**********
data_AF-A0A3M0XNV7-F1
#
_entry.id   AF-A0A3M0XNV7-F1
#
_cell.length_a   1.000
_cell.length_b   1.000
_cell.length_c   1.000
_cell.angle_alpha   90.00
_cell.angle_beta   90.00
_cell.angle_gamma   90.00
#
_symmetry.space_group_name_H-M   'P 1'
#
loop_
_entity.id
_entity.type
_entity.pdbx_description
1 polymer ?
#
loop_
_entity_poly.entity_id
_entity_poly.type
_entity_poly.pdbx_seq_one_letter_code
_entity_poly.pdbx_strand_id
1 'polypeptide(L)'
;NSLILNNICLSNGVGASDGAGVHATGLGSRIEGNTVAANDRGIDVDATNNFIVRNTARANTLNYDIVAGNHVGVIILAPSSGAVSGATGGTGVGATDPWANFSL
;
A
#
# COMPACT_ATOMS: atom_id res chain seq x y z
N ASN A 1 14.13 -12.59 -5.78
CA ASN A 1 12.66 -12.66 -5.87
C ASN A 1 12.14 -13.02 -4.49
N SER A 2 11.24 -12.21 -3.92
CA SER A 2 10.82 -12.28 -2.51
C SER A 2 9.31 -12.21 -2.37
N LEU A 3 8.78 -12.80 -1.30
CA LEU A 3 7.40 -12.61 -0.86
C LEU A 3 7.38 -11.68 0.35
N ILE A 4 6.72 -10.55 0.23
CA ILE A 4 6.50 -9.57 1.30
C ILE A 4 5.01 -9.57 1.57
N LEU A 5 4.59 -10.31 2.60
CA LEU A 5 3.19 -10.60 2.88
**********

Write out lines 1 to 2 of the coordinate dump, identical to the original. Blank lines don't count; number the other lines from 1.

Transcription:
data_AF-A0A3M0XNV7-F1
#